Luzon grid placed on red alert after 5-plant outage

THE Luzon power grid was placed on red alert on Monday after five power plants declared forced outages, the National Grid Corp. of the Philippines (NGCP) said.

In a statement, NGCP said that a red alert was raised over the Luzon power grid between 1 p.m. and 4 p.m. and 6 p.m. and 8 p.m. A yellow alert was also in force between 4 p.m. and 6 p.m.

The grid operator said three other power plants are running at derated capacity, taking away a combined 1,354 megawatts (MW) from the grid.

The NGCP estimated that the Luzon grid’s available capacity was 12,186 MW, with peak demand at 12,468 MW.

Yellow alerts are declared when supply available to the grid falls below a designated safety threshold. If the supply-demand balance deteriorates further, a red alert is declared, signifying the grid operators intent to ration power via rolling brownouts.

The Department of Energy (DoE), through its Electric Power Industry Management Bureau, said it is monitoring the situation.

According to the DoE, the Bolo-Masinloc 230-kiloVolt Line 2 tripped which resulted in the tripping of Masinloc units 1 and 2.

The Independent Electricity Market Operator of the Philippines said that the other plants that went on forced outage were the Calaca unit 1 coal-fired plant and units 1 and 4 of the Binga hydropower facility.

The plants running at derated capacity were units 1 and 2 of Sual, and unit 2 of Calaca.

The DoE said reduced power generation on Luzon affected exports to the Visayas grid, which declared a red alert between 5 p.m. and 6 p.m.

“As the situation emanated from a transmission line tripping, the DoE has instructed the NGCP to explain within 24 hours the circumstances that caused the outages,” the DoE said.

The DoE also said that NGCP had declared a suspension of the Wholesale Electricity Spot Market for the Luzon Grid.

“The suspension of the WESM will effectively shield the public from volatile prices that may arise from the unavailability of some power plants,” the DoE said.

The DoE had ruled out the possibility of a red alert on the Luzon grid in 2023 and assumed only 15 yellow alerts in its projection for the year.

Manila Electric Co. (Meralco) said 321,705 customers within its franchise area were affected.

Areas affected in Metro Manila were Las Piñas, Makati, Marikina, Muntinlupa, Parañaque, Pasig, Quezon City, and Taguig.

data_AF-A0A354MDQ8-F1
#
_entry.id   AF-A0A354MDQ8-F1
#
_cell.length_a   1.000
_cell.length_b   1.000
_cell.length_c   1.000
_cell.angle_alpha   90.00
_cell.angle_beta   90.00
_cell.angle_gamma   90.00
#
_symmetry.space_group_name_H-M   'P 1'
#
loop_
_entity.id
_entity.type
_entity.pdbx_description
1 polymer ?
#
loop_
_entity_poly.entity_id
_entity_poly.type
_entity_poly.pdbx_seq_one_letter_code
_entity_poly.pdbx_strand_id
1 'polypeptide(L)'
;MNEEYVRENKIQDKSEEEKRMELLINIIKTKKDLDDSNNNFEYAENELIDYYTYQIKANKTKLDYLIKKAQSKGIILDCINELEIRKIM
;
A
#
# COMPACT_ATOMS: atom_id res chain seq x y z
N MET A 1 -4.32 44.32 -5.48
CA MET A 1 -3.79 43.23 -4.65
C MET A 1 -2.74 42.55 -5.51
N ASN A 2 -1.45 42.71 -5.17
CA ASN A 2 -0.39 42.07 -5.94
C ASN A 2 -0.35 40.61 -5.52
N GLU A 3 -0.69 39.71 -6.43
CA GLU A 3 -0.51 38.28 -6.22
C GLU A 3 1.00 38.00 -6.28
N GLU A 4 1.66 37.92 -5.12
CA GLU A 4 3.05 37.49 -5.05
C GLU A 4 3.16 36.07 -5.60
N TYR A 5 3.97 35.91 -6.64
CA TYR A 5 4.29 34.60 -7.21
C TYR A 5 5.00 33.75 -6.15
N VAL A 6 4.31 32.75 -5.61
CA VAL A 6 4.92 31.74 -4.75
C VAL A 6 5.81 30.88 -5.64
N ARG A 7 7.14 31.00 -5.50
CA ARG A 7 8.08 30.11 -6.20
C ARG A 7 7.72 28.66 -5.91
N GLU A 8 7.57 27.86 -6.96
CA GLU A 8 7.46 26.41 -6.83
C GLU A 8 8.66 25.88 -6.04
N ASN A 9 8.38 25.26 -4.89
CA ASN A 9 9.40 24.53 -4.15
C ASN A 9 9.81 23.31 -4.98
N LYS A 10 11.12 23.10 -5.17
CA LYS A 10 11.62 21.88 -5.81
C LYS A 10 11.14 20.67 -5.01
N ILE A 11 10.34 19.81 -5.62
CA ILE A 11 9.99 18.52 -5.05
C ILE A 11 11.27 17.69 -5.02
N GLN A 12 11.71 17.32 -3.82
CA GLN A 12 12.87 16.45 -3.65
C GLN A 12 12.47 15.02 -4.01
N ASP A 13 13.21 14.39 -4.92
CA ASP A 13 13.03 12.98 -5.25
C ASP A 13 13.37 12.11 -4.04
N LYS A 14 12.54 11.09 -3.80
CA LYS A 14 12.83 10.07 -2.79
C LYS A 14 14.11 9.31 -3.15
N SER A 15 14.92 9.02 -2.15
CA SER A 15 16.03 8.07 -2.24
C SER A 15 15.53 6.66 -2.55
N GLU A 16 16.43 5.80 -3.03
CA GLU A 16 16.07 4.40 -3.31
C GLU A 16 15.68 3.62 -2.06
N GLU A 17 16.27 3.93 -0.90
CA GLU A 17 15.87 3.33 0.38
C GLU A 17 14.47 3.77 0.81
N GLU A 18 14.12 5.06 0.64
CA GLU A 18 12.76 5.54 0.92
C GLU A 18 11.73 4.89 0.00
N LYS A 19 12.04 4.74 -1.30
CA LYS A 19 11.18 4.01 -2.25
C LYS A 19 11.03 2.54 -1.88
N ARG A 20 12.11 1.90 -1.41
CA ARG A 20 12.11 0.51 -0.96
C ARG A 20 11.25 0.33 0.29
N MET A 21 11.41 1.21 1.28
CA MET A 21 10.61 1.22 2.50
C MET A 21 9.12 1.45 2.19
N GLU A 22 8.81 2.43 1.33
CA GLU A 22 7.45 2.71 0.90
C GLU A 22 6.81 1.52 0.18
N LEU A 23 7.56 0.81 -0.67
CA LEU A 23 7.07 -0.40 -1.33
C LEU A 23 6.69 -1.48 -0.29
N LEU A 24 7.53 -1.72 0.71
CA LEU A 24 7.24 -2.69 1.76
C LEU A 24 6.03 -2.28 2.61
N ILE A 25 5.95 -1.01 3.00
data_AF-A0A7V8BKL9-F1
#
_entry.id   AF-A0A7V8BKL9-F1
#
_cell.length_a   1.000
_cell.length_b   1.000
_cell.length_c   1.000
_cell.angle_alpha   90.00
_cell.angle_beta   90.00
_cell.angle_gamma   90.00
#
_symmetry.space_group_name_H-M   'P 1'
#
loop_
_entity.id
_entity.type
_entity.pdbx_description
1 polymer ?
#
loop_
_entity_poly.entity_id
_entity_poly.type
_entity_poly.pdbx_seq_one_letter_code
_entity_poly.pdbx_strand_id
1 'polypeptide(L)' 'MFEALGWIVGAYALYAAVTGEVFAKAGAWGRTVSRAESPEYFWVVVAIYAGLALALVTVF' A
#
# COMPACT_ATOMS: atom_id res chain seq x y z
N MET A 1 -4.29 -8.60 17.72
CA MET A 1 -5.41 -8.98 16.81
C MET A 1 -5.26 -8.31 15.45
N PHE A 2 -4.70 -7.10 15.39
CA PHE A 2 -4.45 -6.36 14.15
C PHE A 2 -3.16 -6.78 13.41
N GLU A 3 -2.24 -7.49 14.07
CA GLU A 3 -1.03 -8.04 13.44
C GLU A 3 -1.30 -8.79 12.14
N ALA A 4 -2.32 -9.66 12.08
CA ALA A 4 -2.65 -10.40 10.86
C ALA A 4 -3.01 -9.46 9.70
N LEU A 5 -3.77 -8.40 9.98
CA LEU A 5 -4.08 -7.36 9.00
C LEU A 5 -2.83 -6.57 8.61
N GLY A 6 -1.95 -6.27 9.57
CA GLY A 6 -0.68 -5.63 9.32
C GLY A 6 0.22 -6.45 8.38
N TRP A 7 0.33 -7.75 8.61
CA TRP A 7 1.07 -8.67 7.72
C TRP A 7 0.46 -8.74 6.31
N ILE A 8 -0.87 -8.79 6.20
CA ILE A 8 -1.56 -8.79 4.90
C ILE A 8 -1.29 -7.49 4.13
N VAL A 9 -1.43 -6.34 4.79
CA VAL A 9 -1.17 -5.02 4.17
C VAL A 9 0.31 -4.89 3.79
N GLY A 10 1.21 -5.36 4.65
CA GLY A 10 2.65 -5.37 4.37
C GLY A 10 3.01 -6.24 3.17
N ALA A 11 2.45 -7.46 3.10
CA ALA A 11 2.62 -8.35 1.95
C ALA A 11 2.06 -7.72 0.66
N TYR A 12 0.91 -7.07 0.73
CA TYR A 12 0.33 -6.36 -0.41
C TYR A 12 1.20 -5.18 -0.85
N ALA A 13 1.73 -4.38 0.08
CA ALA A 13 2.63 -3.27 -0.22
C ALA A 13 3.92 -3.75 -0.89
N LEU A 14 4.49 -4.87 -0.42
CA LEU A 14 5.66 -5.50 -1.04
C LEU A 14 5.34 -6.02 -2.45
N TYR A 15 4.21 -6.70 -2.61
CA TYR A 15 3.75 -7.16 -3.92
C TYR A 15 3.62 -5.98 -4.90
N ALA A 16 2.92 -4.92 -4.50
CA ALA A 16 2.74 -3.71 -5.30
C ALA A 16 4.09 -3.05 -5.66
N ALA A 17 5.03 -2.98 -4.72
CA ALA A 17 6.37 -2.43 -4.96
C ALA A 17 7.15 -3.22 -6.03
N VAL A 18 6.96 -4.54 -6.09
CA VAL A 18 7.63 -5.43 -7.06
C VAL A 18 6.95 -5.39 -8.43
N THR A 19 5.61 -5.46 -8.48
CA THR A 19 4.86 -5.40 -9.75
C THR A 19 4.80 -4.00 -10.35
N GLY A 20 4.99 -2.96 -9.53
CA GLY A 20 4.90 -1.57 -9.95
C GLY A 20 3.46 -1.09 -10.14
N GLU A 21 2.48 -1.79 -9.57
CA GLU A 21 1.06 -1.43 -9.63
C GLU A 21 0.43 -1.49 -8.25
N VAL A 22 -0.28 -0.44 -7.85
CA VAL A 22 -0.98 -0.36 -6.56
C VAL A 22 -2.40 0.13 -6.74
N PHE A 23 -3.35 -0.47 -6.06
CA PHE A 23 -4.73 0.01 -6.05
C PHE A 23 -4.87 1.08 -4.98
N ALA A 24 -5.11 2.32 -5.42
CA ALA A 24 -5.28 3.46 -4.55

Parts of Rizal also experienced rotational brownouts such as Angono, Antipolo, Binangonan, Cainta, Cardona, Taytay. Affected areas in Cavite were Bacoor, Dasmariñas, and Imus.

“We immediately activated the Interruptible Load Program (ILP) to help manage the situation, and requested our big-load customers to remain on standby until the situation normalizes,” Meralco said.

Meralco also said that as of 3:45 p.m., power was restored to all affected customers.

ILP participants are large power users that have their own generating facilities. These entities stop drawing power from the grid during times of unreliable supply, tapping their own power plants for their needs and reducing the overall load on the grid.

Jephraim C. Manansala, chief data scientist at the Institute for Climate and Sustainable Cities, said the red and yellow alerts highlight the vulnerability of the centralized and baseload-centric grid planning of the current energy system.

“The insufficiency of power supply in Luzon has been a recurring issue for years during summer due to our heavy reliance on a few large centralized (coal-fired) power plants, which are prone to forced outages,” Mr. Manansala said in a Viber message.

Mr. Manansala said the situation points to the urgency of the energy transition to flexible and distributed energy sources.

“We don’t understand why faulty plants are even allowed to hold power supply contracts. Year in and out, power plant shutdowns are the culprit in red and yellow alerts,” Gerry C. Arances, executive director of Center for Energy, Ecology and Development said in a message. — Ashley Erika O. Jose